"If it had not been for your kindness [my daughter] could not receive the education that she is getting for I would have never been able to give it to her." Binah Stuart in a letter to President Bumstead of Atlanta University from 1888 to 1907, expressed her gratitude for the financial assistance given her daughter, Hannah Margaret. Most Black families were unable to pay the full cost, however modest, of attending school. They pleaded for aid or lower costs, and negotiated for deferred payments. The number of students who received such help was substantial, as evidenced by the correspondence between school officials and parents or prospective students. In 1889, Lena M. Felton, of Marshallville, Georgia, wrote,
I wants to come to school again. And is not able. Father asked me to write to you and see what can you do for me. He say that he can aid me as much as five dollars each month.... Please see if you can get anyone to aid me as much as five dollars each month.
President Bumstead wrote in the upper left hand corner of her letter what was to be his reply, "Yes, [$]5.00." And another family would realize its hope for the education of its child.
Families recognized that the schools of the Center were unique facilities that provided an education their children could obtain nowhere else. The schools offered instruction at all levels and in a variety of fields, from literacy to teacher training and theology. Since education had been prohibited during slavery, the schools were initially compelled to offer rudimentary instruction. A major catalyst for the education of Blacks after emancipation was the increasing demand for Black teachers to staff the schools established by the Freedmen's Bureau from 1865 to 1870. All AUC schools established primary departments, which combined academic and industrial courses. By 1910, only 6% of the students enrolled in Center schools were at the college level, the remainder having been divided evenly between elementary and secondary classes. Since the Atlanta public school system in the late nineteenth and early twentieth centuries made no provisions for Blacks beyond the elementary grades, these private institutions were the only opportunities for Blacks in Atlanta and other areas of the state to obtain a high school education. These institutions made Atlanta a regional, and eventually a national center for Black higher education.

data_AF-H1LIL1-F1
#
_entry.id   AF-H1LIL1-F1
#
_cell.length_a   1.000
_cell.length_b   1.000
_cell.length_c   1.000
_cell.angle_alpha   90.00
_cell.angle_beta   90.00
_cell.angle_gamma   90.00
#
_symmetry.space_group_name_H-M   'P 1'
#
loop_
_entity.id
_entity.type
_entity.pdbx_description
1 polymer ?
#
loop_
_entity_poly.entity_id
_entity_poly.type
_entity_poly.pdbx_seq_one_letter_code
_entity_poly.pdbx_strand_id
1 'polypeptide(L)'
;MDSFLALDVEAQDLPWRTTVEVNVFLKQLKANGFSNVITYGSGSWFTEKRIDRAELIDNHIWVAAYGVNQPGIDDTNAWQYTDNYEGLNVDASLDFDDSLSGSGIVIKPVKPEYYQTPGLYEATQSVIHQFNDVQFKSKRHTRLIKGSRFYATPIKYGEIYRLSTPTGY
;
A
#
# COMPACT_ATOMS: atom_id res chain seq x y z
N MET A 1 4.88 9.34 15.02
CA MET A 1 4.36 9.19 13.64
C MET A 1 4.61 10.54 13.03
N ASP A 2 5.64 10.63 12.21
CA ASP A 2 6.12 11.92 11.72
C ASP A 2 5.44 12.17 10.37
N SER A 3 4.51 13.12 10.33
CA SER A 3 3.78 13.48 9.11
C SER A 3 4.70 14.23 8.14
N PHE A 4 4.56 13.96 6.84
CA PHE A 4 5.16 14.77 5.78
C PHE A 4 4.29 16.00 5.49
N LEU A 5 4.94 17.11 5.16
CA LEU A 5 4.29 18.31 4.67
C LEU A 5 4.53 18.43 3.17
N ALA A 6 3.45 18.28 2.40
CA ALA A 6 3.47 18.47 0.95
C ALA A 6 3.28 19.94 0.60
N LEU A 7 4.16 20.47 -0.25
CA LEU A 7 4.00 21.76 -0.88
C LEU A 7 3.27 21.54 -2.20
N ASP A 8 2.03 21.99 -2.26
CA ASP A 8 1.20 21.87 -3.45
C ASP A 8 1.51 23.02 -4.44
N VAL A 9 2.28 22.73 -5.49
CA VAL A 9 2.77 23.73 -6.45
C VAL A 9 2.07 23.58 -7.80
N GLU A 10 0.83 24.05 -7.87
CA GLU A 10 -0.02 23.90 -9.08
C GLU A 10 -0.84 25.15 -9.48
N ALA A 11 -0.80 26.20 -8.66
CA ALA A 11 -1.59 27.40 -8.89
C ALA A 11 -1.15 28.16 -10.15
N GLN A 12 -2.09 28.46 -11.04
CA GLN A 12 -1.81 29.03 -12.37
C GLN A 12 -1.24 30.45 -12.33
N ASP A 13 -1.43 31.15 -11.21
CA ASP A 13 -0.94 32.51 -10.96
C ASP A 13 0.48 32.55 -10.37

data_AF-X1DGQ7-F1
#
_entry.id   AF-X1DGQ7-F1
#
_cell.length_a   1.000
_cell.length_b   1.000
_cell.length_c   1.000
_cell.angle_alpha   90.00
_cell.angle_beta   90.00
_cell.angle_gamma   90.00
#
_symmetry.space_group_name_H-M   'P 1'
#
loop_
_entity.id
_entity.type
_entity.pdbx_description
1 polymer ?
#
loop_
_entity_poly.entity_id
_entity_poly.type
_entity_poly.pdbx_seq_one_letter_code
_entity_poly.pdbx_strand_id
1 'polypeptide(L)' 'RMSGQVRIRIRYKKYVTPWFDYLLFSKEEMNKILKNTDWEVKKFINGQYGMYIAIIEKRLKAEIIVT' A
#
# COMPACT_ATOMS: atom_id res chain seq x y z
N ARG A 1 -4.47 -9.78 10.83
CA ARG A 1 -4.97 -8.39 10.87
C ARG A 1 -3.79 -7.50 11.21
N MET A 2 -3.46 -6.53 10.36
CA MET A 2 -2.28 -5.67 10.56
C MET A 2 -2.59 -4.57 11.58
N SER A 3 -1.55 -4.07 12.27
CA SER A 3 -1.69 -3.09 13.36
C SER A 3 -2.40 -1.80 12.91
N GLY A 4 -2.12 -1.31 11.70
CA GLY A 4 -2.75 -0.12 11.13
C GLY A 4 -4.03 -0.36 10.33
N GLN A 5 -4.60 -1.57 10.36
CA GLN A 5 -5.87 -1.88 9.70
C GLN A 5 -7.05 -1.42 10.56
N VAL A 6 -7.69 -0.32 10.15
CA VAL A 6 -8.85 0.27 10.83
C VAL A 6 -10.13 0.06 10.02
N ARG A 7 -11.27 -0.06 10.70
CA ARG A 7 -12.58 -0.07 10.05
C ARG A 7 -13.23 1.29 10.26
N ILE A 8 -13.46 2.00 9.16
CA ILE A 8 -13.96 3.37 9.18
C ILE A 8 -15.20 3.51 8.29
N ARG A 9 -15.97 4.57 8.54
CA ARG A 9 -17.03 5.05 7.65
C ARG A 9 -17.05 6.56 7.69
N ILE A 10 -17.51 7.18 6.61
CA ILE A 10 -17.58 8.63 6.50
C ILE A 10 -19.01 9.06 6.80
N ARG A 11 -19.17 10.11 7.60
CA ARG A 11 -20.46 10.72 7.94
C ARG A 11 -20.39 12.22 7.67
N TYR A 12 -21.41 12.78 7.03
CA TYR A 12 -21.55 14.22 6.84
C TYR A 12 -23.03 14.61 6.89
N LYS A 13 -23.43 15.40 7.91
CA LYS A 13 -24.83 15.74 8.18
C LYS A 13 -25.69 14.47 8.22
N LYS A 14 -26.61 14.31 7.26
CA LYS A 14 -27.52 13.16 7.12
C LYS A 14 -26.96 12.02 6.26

Liberal arts courses, industrial training, and religious instruction characterized the early curricula of AUC schools. Preparing teachers and providing an educated ministry assumed high priority, as did manual training. The college departments offered English, math, chemistry, history, Latin, Greek, and other physical and social sciences. Secondary courses in preparation for college or for teaching usually included Bible instruction, music, woodworking, and agriculture, in addition to basic courses in reading, arithmetic, and history. The founding of Augusta Institute (later Morehouse) reflected the priority of religious training, as did the establishment of theology departments, and later in 1886 and 1900 the founding, respectively, of Gammon at Clark, and Turner at Morris Brown.
The Freedman's Aid Society and the John Slater Fund, which was one of the northern philanthropies that helped finance Black education in the South, strongly supported the growth of industrial education. The industrial courses of AUC schools included woodworking, metalworking, shoemaking, blacksmithing, carpentry, carriage-making, and agriculture for men. Printing was available for both sexes. The construction of Knowles Industrial Building in 1884 at Atlanta University demonstrated the expansion of industrial education that characterized Black school development throughout the South during the late nineteenth century.
Spelman was founded specifically to education Black females, but Clark, Atlanta University, and Morris Brown also provided for the special educational needs of women. Thayer Home of Clark, which was established in 1888, operated until 1941 for the training of young women in homemaking or “domestic economy,” as it was then called. This “model home” was erected so that girls, under the supervision of a matron, could be taught the arts of housekeeping in a home-like environment. Similarly, Atlanta University, taught “household science” courses such as sewing, cooking, and nursing, and erected in 1882 a model school which served as a housekeeping cottage and offered practical courses in the various household arts. Desire to improve the home life of Blacks was a major motivation for these courses. Nurse training was also included in the course offerings for women.